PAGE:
Caring for Your Ladder

In order to prevent these things from happening to your ladder, there are some steps you can take to help care for your ladder and keep it in good condition. Proper ladder maintenance is essential for your safety.

First, you should never hang a ladder on rungs or store them with other materials on top of them, instead store them horizontally on racks. Wood and fiberglass ladders should not be kept in areas exposed to sunlight or dampness.

Beyond storage, you can also care for your ladder by properly securing and not allowing it to bump into other objects when in transit. It is also important to avoid painting the ladder as this will conceal any cracks and defects.

Knowing Your Ladder’s Limits

Ladders help us reach significant heights and accomplish many jobs that would otherwise be impossible, but it is important to note that even they have their limits. There are some jobs that a ladder simply cannot accomplish, so all users must recognize how much weight their ladder can handle, where it can be safely placed and used and what its strengths and weaknesses are.

The users themselves must recognize their own limits as well. Not everyone is comfortable using a ladder or strong enough to move one. Those who struggle with a disability, are overweight or would otherwise have difficulties maneuvering up and down the ladder may also be at a higher risk for injury.

Ladder Safety Training

According to OSHA, 100% of ladder related accidents could have been prevented using proper safety training. Learning and sharing more about ladder safety before using them can help you and your employees by preventing injuries.

Ensure you and others are putting safety first by training yourself on common hazards associated with ladder use, requirements and best practices for ladder safety.

What Does it Mean to be Certified in Ladder Safety?

Taking ladder training courses can separate your business from others. It allows you to take comfort in knowing your employees are trained and certified to prevent any accidents from occurring.

Your employees all have a wide range of knowledge and experience with ladders. Some may have grown up using ladders and others may have never used one before. Regardless, it is important that they all have a clear understanding of ladder safety guidelines for the workplace.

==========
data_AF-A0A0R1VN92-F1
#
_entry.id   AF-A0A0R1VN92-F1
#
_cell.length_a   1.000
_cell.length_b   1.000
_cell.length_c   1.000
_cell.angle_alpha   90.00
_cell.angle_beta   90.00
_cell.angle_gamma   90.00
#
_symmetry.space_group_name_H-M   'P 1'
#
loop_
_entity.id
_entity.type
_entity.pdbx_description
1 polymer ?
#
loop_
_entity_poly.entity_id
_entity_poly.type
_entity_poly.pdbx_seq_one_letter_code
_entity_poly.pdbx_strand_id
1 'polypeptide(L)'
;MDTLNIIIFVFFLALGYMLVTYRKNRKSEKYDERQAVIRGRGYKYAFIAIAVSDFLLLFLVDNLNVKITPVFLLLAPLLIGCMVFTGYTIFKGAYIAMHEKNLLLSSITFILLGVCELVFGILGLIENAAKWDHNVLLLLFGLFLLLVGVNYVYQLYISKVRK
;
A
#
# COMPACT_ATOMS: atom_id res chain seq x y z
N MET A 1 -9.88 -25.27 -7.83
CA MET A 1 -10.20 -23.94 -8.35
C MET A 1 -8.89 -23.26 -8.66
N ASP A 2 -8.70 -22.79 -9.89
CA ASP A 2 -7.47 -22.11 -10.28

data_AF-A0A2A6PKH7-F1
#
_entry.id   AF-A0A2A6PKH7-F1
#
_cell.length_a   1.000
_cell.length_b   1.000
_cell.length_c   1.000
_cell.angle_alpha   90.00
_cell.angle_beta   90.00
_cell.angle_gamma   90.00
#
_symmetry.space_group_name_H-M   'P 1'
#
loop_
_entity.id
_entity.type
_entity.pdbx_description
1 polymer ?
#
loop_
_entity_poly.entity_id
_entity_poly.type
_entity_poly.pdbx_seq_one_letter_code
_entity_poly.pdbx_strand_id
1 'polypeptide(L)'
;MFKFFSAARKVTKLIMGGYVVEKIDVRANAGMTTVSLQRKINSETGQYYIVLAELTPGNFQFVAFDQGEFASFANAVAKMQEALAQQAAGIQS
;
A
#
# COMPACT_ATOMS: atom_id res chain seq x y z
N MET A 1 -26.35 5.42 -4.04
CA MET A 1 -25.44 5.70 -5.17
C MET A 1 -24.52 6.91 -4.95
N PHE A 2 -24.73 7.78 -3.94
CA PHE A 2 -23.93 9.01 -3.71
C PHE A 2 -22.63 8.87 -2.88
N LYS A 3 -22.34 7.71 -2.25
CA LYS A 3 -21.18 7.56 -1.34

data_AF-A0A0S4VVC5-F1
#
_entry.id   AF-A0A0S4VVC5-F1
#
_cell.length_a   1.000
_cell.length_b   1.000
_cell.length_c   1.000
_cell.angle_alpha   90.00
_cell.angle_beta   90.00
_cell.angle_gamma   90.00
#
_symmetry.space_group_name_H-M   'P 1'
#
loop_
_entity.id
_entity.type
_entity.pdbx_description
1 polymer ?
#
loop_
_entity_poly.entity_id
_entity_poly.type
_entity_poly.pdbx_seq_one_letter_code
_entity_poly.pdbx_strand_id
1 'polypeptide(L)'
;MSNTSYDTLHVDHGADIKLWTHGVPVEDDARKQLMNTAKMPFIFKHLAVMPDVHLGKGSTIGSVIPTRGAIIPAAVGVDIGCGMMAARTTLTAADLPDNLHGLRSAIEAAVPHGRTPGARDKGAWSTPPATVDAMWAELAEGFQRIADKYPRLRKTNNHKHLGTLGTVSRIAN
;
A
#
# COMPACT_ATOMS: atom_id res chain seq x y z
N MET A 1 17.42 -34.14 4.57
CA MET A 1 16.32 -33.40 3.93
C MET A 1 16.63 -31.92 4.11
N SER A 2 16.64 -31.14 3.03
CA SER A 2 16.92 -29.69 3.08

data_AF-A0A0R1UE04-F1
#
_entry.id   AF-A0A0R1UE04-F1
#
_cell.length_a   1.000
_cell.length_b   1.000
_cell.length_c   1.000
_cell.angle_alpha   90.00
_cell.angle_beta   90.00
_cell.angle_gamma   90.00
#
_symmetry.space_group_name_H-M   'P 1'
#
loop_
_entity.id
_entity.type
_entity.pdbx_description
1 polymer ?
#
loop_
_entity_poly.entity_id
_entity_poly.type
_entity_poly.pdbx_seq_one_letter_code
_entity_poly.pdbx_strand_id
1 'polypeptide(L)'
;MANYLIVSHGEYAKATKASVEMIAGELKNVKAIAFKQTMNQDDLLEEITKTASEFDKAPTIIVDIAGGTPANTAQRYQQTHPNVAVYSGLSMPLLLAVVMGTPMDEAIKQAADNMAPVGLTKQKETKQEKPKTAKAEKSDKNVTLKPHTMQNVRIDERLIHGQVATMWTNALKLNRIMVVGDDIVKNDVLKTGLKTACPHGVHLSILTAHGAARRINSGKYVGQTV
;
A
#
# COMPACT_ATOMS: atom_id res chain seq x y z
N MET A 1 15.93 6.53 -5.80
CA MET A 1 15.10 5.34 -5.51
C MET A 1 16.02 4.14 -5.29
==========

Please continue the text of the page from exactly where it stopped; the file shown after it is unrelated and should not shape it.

Ladder safety certificates ensure that your employees are educated and informed on how to properly use a ladder. Incorporating a ladder safety policy for your business can save you in the long run.

Employees discussing proper ladder usage.

Benefits of Ladder Safety Training for Your Employees

 

Whether your employees use ladders at work often or not, it can be very beneficial to teach them ladder safety. Injuries at home, while not your responsibility, can lead to a lost-time injury. Delivering adequate training prevents accidents and ensures others have the proper knowledge to use ladders safely.

Employees who use ladders frequently at work feel more comfortable using them at home, this makes it especially important to ensure they are not growing complacent and making risky decisions against their better judgement and training.

As for employees who don’t use ladders on the job, it is still important that they receive training on ladder use and obtain some level of ladder knowledge to prevent any incidents in and out of the office. Keeping your employees working is always preferable to having them injured or, potentially making injury claims against you.

Following safety guidelines, developing a habit of safety and training others to do the same may seem time consuming, but taking a few extra steps before getting on a ladder can help you avoid serious, sometimes life altering injuries.

If you have any questions about ladder safety training programs, please don’t hesitate to reach out. You can contact us using the chat function on our site, e-mail us at sales@nscemail.com or call us at 877-922-7233.